Anonymous Hackers Protest Wikileaks’ Julian Assange Extradition: Revenge Attack Expected
Breaking from its support for the Occupy movement, the hacker cell of Anonymous has issued a statement attacking UK authorities' decision to extradite Wikileaks founder Julian Assange, leading to speculation of a possible revenge attack by the hacktivist collective. Reuters

Julian Assange, the head of Wikileaks, has fled to the Ecuadorean embassy in London to avoid extradition to Sweden, Foreign Minister Ricardo Patrino said.

Assange, 40, an Australian citizen, was ordered returned to Sweden, where he faces trial on two rape charges. Assange denied the charges but lost his last appeals against extradition in the Supreme Court of England.

Wilileaks posted notice of Assange's asylum push with an alert. It also promised more details on the Ecuadorian situation soon. Ecuador's president, Rafael Correa, is an leftist suually opposed to U.S. policies, who invited Assange to seek asylum in his country in the past.

Barring a reprieve by the European Court of Justice, the Wikileaks head was ordered to be sent to Stockholm as early as June 28.

Assange had been granted bail to stay with a wealthy British supporter in the countryside.

Wikileaks came to international prominence by posting government documents on the Internet exposing military and diplomatic secrets of the U.S. and other countries in 2010. For the U.S. they exposed inside details of the planning for the wars in Iraq and Afghanistan, as well as diplomatic cables dealing with crises in Libya, Syria and Egypt.

In the U.S., army private Bradley Manning has been charged with 22 counts oif stealing masses of classified documents and delivering them to Wikileaks for publication. Manning has been standing trial in military court in Fort Meade, Md. On June 8, a military judge declined to dismiss most of the charges but didn't set a trial date. Manning could face life imprisonment if convicted.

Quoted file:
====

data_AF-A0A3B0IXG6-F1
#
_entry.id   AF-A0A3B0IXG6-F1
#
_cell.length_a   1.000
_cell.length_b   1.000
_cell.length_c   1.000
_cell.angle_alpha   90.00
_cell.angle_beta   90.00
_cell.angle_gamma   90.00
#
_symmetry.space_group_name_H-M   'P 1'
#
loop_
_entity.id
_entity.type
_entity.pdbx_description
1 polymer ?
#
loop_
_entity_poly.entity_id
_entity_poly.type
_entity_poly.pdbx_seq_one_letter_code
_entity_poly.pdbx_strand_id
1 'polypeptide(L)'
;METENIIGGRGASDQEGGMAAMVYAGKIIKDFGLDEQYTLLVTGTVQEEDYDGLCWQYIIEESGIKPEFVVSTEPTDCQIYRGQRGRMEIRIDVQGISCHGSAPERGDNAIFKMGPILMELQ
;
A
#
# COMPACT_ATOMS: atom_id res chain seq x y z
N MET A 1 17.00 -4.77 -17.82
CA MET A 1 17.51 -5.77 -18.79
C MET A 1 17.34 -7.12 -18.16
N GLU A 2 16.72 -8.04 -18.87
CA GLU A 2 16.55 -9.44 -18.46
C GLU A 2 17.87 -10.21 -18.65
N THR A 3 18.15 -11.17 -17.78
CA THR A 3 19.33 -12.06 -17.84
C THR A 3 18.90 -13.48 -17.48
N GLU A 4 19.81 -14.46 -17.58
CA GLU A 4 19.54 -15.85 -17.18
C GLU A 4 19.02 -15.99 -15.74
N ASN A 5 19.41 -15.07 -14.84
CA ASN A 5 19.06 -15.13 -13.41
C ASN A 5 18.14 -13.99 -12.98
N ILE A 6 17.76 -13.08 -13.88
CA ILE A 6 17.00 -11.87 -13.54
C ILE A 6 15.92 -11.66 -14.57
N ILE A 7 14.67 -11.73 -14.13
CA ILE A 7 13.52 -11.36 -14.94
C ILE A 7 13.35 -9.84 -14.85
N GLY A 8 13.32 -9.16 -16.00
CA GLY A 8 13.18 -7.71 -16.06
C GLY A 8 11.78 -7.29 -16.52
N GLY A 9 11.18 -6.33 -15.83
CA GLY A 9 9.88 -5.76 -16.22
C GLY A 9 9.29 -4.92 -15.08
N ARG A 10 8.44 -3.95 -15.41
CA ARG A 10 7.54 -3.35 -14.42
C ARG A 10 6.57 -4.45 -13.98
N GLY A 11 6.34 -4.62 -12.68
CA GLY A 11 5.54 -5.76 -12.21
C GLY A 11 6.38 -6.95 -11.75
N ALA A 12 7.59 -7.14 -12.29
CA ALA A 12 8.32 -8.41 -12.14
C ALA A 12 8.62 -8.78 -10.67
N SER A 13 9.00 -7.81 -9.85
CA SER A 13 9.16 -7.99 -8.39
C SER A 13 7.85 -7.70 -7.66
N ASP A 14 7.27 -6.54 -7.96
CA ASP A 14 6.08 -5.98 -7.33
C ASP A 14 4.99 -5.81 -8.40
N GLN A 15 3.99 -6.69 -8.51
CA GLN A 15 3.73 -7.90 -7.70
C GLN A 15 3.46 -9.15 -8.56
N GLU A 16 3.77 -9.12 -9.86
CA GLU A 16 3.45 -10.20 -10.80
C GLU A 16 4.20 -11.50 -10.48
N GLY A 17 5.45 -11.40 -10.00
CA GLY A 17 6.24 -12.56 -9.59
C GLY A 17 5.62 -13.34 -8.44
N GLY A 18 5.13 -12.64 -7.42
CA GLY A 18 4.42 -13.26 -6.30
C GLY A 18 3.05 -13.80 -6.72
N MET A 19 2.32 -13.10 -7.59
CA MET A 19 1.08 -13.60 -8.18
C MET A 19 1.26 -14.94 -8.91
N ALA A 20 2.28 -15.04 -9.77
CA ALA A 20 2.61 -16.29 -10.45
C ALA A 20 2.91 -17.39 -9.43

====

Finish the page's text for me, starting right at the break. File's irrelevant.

Assange, a former computer hacker, has said Wikileaks maintains a network of secure computer servers in several countries, believed to include Switzerland, but has not divuilged precise details. He has told interviewers he fears retaliation by angry governments.

Assange also claims the rape charges brought by two women in Sweden are unfounded and were brought as part of a smear campaign. But their lawyer has said the Australian computer programmer forced them into sex and ought to be brought to trial. The lawyer, Claes Borgstrom, sought the extradition from England and hailed the Supreme Court's decision as an obvious and expected decision that has been delayed too long.

Ecuador, as a sovereign nation, could grant Assange asylum. But there's no way it could guarantee his immunity from extradition if he left its London embassy. By international law, foreign embassies are regarded as territorial possessions of the country and can't be entered by police or military officials. One of the greatest violations of that principle was the takeover of the U.S. embassy in Tehran in November 1979 by members of the Iranian Revolutionary Guard, who held the embassy staff hostage for the next 444 days.